5 reasons to buy Surface Pro and 2 reasons to pass

Microsoft's 2-in-1, the Surface Pro, has been refined through five generations into what we now have, a capable tablet with beautiful display, performance hardware, and plenty of available accessories. Those in the market for a versatile 2-in-1 device might have the Surface Pro on the short list, and there are more than a few good reasons why it's a worthwhile purchase. There are, however, also a few other things to consider that might make you look elsewhere.

Let's weigh the reasons for and against the Surface Pro.

See Surface Pro at Microsoft

Reasons to buy Microsoft's Surface Pro

Here are some solid reasons why you should invest in Microsoft's Surface Pro.

1. Surface Pro has plenty of configuration options

Starting at about $800, you can get a Surface Pro with a 7th Gen Intel Core m3-7Y30 processor (CPU), 128GB solid-state drive (SSD), and 4GB of RAM. This is a laptop that can handle light duties, and it will look great doing them.

Into the high-end configurations, you can get a model with a 7th Gen Intel Core i7-7660U CPU, 1TB SSD, and 16GB of RAM. If you choose to checkout with a 7th Gen Intel Core i5-7300U CPU, you can add LTE connectivity to the mix. Yes, configurations get quite expensive, but there's a Surface Pro for everyone.

Which Surface pro should you buy?

2. Surface Pro is available with LTE and eSIM

LTE laptops provide a faster connection than tethering

Those constantly on the go will no doubt want to consider a Surface Pro with LTE connectivity. It uses a Qualcomm Snapdragon X16 modem and has a Nano SIM slot as well as embedded SIM (eSIM) technology that allows you to buy data and use it basically no matter where you are.

The rest of the hardware includes a 256GB SSD, 8GB of RAM, and a 7th Gen Intel Core i5-7300U CPU, a well-rounded collection for everyday tasks. Expect to pay about $1,450 for this model.

Surface Pro with LTE review: Impressive but not for everyone

3. Surface Pro is highly mobile

Surface Pro 5 (Image credit: Windows Central)

The Surface Pro, with 12.3-inch display and body that's just 0.33 inches thick, is easily slipped under an arm or into a backpack or laptop bag. The heaviest Core i7 model weighs in at about 1.73 pounds (784 g), which really isn't that heavy at all. Even once you add a Surface Pen and Type Cover, you'll hardly notice the laptop is with you.

Despite its size, you can treat the Surface Pro like you would any other laptop, and the Core i5 and Core i7 models shouldn't have any problems tackling a regular day's work.

Microsoft didn't cut corners to ditch the fan in Surface Pro (2017) with Core i5

4. Surface Pro has a knockout display

The Surface Pro's display has a 3:2 aspect ratio, making it look much boxier than the usual 16:9 aspect ratio many laptops these days ship with. Why use 3:2? It's closer to the middle of the road of all popular aspect ratios, and it allows for more real estate, especially when working with virtual books, magazines, and just about any drawing apps. Once you start using the display with a Surface Pen, you can see it was the right move.

Aside from aspect ratio, you're looking at a 2,736 x 1,824 resolution with 267 pixels per inch (PPI), and you're getting full touch functionality for when you're using the Surface Pro as a standard tablet. If a display is high on your list of laptop priorities, you'll do well here.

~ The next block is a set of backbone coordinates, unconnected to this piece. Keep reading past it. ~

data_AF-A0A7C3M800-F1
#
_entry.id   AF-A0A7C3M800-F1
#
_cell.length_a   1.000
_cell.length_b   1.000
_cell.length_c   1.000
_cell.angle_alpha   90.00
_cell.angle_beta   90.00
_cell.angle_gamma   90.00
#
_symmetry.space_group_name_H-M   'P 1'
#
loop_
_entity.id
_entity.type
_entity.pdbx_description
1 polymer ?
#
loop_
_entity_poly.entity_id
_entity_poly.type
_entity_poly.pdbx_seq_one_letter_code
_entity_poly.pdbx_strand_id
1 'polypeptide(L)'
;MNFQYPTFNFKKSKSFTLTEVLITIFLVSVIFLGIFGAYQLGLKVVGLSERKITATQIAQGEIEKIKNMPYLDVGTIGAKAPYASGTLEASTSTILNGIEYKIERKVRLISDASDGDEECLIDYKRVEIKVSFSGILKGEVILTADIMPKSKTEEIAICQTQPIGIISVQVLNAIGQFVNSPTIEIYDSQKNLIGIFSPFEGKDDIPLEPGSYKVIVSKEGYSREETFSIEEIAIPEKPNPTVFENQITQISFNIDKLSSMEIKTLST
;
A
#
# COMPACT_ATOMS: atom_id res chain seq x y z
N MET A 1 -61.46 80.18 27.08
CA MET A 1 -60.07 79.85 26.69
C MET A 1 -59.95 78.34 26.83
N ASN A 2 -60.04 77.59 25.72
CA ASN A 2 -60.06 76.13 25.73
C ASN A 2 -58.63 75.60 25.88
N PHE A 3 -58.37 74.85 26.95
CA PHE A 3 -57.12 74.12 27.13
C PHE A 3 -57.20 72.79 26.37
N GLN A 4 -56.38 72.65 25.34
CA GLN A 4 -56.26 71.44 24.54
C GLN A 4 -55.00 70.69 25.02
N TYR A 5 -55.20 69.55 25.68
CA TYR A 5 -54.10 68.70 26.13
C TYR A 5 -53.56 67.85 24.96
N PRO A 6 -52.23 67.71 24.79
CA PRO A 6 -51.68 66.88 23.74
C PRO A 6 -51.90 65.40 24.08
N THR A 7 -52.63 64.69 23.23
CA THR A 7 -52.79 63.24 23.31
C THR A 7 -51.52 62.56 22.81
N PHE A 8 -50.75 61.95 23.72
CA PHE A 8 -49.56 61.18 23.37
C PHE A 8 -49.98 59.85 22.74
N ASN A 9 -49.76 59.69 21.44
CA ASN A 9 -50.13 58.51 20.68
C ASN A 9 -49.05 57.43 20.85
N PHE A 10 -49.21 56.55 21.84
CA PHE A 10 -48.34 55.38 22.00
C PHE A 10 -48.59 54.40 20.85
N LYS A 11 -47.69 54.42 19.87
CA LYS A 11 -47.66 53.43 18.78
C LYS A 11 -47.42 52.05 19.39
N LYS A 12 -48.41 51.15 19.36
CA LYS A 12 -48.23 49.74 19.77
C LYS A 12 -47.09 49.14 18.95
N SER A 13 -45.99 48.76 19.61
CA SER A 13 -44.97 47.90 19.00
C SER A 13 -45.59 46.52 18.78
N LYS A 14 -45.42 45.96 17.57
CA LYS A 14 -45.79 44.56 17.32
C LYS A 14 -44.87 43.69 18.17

Why it's time for PC makers to embrace 3:2 displays

5. Surface Pro is compatible with Surface Pen and Dial

11 best Windows apps for Surface Pen users (Image credit: Windows Central)

There are a lot of worthwhile Surface Pro accessories, but perhaps the two most important — especially if you're looking to get creatively artistic — are the Surface Pen and Surface Dial.

The Pen, which costs about $100, has 4,096 levels of pressure, supports tilt shading, and is available in four different colors.

See Surface Pen at Microsoft Store

When used in tandem with the Surface Dial, which costs about $100, you open up a drawer of tools that are easily accessible and customizable. Place the Dial directly on the display, or use it next to you on the desk.

See Surface Dial at Microsoft Store

Reasons not to buy Microsoft's Surface Pro

There are likewise a couple of good reasons you might want to pass on the Surface Pro in lieu of a different device.

1. There are cheaper options if you just want a tablet

CHUWI Hi10 Pro

Surface devices are generally not particularly affordable. Yes, there's a configuration that starts at about $800, but that's still quite pricey and it's mostly designed for light duties only, thanks to the Core m3 CPU and low amount of RAM.

If you're looking for a tablet only, there are far cheaper options available that will serve you well in the long run. Have a look at our roundups of best overall tablets and best cheap tablets for a better idea of what you're in the market for.

2. You'll likely have to invest in port adapters

If there's one thing the Surface Pro is lacking, it's port selection. You're getting a single USB-A 3.0, a microSD card reader, Mini DisplayPort, a 3.5mm audio jack, and the proprietary Surface Connect port. Considering the trend toward USB-C and Thunderbolt 3 and the lack of more than one USB-A port, you'll likely be investing in some adapters or a hub.

We've experienced firsthand the lack of Surface Pro ports, and we've put together a few roundups of the best hubs and adapters you can buy.

More resources

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Cale Hunt

Cale Hunt brings to Windows Central more than eight years of experience writing about laptops, PCs, accessories, games, and beyond. If it runs Windows or in some way complements the hardware, there’s a good chance he knows about it, has written about it, or is already busy testing it.